Dinosaur Fossils Found in Argentina Could Belong to Largest Creature Ever to Have Walked the Earth

Tuesday, January 19, 2021

Artist’s impression of an Argentinosaurus (Getty)

Titanosaur in Patagonia ‘probably exceeds’ largest known land animal, paleontologists say.

A new and gigantic dinosaur which could rival the largest known species is being unearthed in Argentina.

A collection of bones found in Neuquén Province in northwest Patagonia have been identified as those from the sauropod family of dinosaurs, which had immensely long necks and tails, pillar-like legs, and includes species that grew to the largest sizes of land animals known to have ever existed.

The creature (pictured) is believed to be a titanosaur, one of the largest sauropods — a clade of dinosaurs characterised by their vast size, pillar-like legs and elongated necks and tails

However, the remains are not a complete skeleton, and consist mainly of pelvic bones and vertebrae, only giving an indication of the enormous scale of the animal.

The authors of a paper presenting the research on the find published in the journal Cretaceous Research suggest the animal could come from a previously unknown population of Patagonian sauropods.

The closest relative is Andesaurus, a type of “super-sized titanosaur” which existed during the middle of the Cretaceous Period in South America. These large sauropods grew to be 18 metres long.

The fossilised remains (pictured here being prepared for extraction from the field) were found in layers of rock that the geologists refer to as the 'Candeleros Formation' — and more specifically in a level that is though to represent the deposits from a muddy floodplain

However, the fossilised bone fragments indicate the new titanosaur was far larger, easily exceeding Andesaurus in size and likely making it bigger then the largest known land animals, the Patagotitan and Argentinosaurus - both types of sauropods.

The new specimen is “considered one of the largest sauropods ever found, probably exceeding Patagotitan in size”, the authors said.

The fossilised bones (pictured) of a dinosaur unearthed in Argentina that would have stomped the earth 98 million years ago may have been the largest land animal ever

Patagotitan was only announced by paleontologists in 2014, after the first bones were uncovered in Patagonia in 2013. It is believed to have weighed almost 60 tonnes, reached lengths of over 31 metres and at the time, experts said: “Given the size of these bones, which surpass any of the previously known giant animals, the new dinosaur is the largest animal known that walked on Earth.”

Unlike other remains excavated from the formation, this specimen — which has been designated 'MOZ-Pv 1221' — remained largely articulated, suggesting that more of the skeleton will likely be uncovered in the same spot as the dig progressed. Pictured, an artist's impression of MOZ-Pv 1221 and — beneath it — two other sauropods from the same location, Limaysaurus (left) and Andesaurus (right)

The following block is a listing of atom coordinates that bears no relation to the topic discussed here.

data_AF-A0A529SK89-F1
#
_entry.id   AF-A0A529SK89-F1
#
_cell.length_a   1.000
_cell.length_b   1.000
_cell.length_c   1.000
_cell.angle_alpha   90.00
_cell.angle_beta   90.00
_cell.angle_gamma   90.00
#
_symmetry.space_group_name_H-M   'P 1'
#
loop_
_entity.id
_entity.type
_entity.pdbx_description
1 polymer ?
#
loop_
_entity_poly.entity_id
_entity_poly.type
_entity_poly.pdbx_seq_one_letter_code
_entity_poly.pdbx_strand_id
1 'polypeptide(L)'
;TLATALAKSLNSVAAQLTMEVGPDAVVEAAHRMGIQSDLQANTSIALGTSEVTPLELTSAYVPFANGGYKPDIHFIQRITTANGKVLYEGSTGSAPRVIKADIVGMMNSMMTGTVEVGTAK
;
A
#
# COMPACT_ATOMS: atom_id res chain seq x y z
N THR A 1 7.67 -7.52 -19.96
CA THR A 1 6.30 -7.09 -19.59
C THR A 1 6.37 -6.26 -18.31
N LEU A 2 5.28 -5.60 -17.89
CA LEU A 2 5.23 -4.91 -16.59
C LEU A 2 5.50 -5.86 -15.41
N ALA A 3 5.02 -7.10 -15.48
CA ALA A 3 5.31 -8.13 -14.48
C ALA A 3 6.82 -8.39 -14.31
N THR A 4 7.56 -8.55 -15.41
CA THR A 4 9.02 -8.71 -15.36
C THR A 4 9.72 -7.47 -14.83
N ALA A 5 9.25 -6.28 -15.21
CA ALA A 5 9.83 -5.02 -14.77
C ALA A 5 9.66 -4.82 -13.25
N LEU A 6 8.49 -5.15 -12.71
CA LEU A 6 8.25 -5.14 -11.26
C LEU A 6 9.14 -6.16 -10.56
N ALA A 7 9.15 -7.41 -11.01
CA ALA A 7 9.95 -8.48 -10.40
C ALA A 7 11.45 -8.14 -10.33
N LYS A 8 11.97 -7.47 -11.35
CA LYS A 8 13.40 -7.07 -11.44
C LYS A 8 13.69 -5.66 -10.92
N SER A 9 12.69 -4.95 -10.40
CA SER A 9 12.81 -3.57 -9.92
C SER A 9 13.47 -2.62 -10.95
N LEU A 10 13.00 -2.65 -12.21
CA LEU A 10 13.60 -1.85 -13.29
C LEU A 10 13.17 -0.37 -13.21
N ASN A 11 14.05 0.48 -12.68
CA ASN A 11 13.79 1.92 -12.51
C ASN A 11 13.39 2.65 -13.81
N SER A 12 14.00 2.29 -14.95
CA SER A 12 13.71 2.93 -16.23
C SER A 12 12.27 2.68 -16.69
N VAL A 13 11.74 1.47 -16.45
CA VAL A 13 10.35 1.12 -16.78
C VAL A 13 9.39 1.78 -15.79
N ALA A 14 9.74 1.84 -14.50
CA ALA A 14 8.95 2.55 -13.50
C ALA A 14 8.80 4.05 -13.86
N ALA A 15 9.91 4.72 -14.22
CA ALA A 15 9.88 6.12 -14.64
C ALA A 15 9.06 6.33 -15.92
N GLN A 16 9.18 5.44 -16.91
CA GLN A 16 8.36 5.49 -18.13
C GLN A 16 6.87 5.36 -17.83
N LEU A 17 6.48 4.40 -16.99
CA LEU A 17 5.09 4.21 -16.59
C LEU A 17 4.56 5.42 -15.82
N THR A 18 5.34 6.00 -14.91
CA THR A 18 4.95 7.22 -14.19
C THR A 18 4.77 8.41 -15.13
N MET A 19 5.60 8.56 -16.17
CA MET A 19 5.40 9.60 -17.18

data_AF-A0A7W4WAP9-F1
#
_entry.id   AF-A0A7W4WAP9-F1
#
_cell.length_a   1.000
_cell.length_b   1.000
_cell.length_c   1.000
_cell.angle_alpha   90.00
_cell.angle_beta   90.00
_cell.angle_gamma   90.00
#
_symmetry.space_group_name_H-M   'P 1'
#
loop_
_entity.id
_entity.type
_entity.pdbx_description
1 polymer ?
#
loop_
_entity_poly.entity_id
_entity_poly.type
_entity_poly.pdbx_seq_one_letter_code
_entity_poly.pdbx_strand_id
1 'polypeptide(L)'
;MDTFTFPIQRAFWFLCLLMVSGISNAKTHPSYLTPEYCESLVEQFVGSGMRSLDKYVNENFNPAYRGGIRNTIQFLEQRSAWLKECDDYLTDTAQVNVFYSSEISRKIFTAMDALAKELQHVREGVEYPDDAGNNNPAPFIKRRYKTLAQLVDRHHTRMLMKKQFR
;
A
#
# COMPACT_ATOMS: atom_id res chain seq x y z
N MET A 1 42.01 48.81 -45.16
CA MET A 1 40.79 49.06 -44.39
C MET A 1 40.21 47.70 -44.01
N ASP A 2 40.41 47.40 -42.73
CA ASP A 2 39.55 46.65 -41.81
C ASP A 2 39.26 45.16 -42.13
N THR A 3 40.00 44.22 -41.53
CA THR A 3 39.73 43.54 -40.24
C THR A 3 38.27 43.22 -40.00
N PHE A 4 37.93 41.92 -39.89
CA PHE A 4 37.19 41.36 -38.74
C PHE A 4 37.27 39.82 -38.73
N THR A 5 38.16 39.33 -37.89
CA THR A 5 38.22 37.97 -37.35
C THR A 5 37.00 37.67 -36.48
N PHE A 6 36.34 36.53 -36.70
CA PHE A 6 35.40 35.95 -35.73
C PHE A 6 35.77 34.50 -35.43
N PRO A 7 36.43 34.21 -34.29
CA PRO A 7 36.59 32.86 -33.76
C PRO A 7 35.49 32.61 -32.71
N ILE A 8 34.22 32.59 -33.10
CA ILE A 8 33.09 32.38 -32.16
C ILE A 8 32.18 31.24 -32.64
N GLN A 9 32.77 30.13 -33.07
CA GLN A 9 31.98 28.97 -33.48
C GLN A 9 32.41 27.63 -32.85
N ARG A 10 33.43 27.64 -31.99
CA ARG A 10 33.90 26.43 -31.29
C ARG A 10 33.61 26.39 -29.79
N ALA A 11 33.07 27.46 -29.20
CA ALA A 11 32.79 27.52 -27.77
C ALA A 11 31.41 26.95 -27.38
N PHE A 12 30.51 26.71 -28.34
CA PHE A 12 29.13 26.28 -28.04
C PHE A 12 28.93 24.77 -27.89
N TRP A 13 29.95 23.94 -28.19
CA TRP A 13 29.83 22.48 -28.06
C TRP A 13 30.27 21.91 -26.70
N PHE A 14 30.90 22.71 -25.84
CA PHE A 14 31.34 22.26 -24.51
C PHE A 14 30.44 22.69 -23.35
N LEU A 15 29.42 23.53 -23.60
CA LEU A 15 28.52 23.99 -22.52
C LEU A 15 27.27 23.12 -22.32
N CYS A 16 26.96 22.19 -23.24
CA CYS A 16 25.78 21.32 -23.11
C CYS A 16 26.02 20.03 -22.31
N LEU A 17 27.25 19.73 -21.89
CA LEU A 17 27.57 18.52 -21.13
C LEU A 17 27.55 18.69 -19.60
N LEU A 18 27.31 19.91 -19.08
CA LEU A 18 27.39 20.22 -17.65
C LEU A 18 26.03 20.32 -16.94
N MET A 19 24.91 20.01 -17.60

The researchers said: “The record of super-sized titanosaur sauropods has traditionally been extremely fragmentary, although recent discoveries of more complete taxa have revealed significant anatomical information previously unavailable due to preservation biases.”

The find provides paleontologists with a greater understanding of the emergence of gigantic sauropod dinosaurs, how they evolved, and how they lived.

It appears numerous sauropod species lived alongside one another, suggesting they occupied different roles in the food web, the scientists said.

“The specimen here reported strongly suggests the co-existence of the largest and middle-sized titanosaurs with small-sized rebbachisaurids (a family of sauropod dinosaurs) at the beginning of the Late Cretaceous in Neuquén Province, indicating putative niche partitioning.”

Sauropod dinosaurs were once widespread, and fossilised remains have been found on every continent on Earth, including Antarctica.

 Because of the partial nature of the find so far, the researchers said that it has not yet been possible to estimate how much MOZ-Pv 1221 would likely have weighed in life. Pictured, an artist's impression of the specimen's silhouette, showing the bones uncovered so far

When early paleontologists first studied the bones of these enormous dinosaurs during the Victorian period, it was commonly thought that due to their size sauropod species were largely water-dwelling animals, however, later research revealed the adaptations which allowed these huge creatures to live on land. These include a system of air sacs, the existence of which are indicated by indentations and cavities in most of the vertebrae, and pneumatic, hollow bones, similar to those of present day birds, which made their huge limbs lighter.

According to the researchers, the Neuquén Province would have been home to numerous sauropod species 98 million years ago — each of which would have occupied a different role, or 'niche', in the ecosystem and food web. Pictured, the team extracts the fossilised remains

The largest animal ever to have existed remains the blue whale, which can reach maximum sizes of 33.5 metres long and weigh 173 tonnes.

Source: www.independent.co.uk/